Monday, 20 February 2007
As we reach the last border post of Gabon in the afternoon, bored soldiers open the barriers for us.
After a short ride, the quite proper piste road turns into an unaffected jungle area. As I look on my GPS to find out if we are not on a wrong way, we suddenly see a barrier.
Above our heads the Congolese flag gets blown by the wind. For all my life I somehow connected the terms adventures and Africa with the Congo.
Now, as I stand here at the border myself Iím a little bit excited. Everything one ever hears about this country is rather bad than good. The civil war went on for a long time and there were and are numberless conflicts between the many different ethnic groups in the country.
The main road going from Point Noir to the countryís capital Brazzaville is partly destroyed and leads through rebel area.
But like so often in Africa, things are getting eaten less hot than they are cooked. The border official friendly asks us to come into his post and immediately starts to copy all the data from our passports.
Actually everything runs off very friendly and correctly if there wasnít the demand of 30,000 CFA and the menace not to stamp our passports in case we refuse to pay.
That takes me, the translator, quite some art of persuasion but after hard negotiations we finally agree on the deal that we donate some vitaminpills to the border post for reasons of international friendship and solidarity and he presents us with the entry stamp for reasons of hospitality in exchange.
Whereupon we enter the Republic of Congo. Flanked by friendly waving people and screaming children.
What comes now turns out to be everthing else than simple, at least whatsoever concerns the quality of the roads, or better the water ways.
Already on the first kilometers we pass innumerable water holes and the Landcruiser of Sarah and Steve gets stuck as they try to drive around a water ditch.
Nothing else to do for us than change the bikes for the shovel, unite our forces and dig out the car.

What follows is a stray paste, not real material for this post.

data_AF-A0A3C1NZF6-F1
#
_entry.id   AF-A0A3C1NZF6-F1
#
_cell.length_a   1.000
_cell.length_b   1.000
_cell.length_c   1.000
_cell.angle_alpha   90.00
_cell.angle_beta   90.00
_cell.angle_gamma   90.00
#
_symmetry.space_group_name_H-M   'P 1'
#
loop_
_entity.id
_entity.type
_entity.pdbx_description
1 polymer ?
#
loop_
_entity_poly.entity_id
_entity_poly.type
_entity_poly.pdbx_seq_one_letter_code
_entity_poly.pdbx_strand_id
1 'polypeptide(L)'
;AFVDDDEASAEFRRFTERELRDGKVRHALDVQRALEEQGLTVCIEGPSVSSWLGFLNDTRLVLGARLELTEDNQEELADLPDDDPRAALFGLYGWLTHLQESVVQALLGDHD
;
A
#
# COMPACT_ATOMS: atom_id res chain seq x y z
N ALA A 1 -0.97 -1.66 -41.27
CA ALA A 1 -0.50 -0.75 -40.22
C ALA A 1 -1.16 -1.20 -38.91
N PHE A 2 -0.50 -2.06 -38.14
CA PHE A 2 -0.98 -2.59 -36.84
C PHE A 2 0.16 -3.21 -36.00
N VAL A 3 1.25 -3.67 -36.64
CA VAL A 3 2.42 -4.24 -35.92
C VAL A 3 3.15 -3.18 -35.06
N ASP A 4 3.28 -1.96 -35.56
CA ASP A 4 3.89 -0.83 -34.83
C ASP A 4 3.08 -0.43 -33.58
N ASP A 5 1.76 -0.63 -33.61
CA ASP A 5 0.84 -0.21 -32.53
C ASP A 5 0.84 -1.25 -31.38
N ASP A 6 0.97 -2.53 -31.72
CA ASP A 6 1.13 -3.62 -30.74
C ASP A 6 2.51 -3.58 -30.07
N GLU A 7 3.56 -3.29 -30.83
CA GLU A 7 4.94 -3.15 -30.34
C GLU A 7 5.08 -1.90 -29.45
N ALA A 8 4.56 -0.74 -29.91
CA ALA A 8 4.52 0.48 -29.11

Due to the bad piste we spend the night in one of the next villages. Strictly according to African tradition we visit the Village Chief and ask for permit to pitch our tents. We may do so. Like always, very much to the joy of the inhabitants. It is nearly unbelievable how friendly the Congolese people are. In each village our passage is celebrated on the side of the road and at the same time our private life is fully respected. If one sees how many men in the villages came back crippled from the civil war and considers that some of the villages on our route were completely extinguished with all their inhabitants, this unbelievable friendliness is a doubly large gift.
Tuesday, 20 February 2007
During the night heavy rainfalls come down again. As we continue our trip in the morning, the pistes have changed into deep mud fields.
Someof the muddy potholes nearly swallow the entire front wheel and each trick at the gas is immediately answered with a violent drift of the rear. I must watch out that the tail of the heavily loaded BMW doesnít not constantly slide off while at the same time the load wants to drift away over the front wheel. Particularly if I try to maneuver around deepest waterholes and ditches.
The water gets poured out of the boots and stops are simply made in the middle of the road. Because of the high grass beside the road you often cannot leave the piste for hours and traveling can be very fatiguing at temperatures around 35 degrees.
All day long we fight our way through muddy grass land and water holes.
One of them turns out to be so deep that the water sloshes up to my chest as I drive through.† After approximately 150 km and totally exhausted we spend the night in a catholic mission. The Pater, a Polish brother, welcomes us very friendly and I simply pitch my tent in a classroom. Because of the heavy rainfalls, and the serpents. The black Mambas around here seek dry places in the rain time and might just slip into someones tent.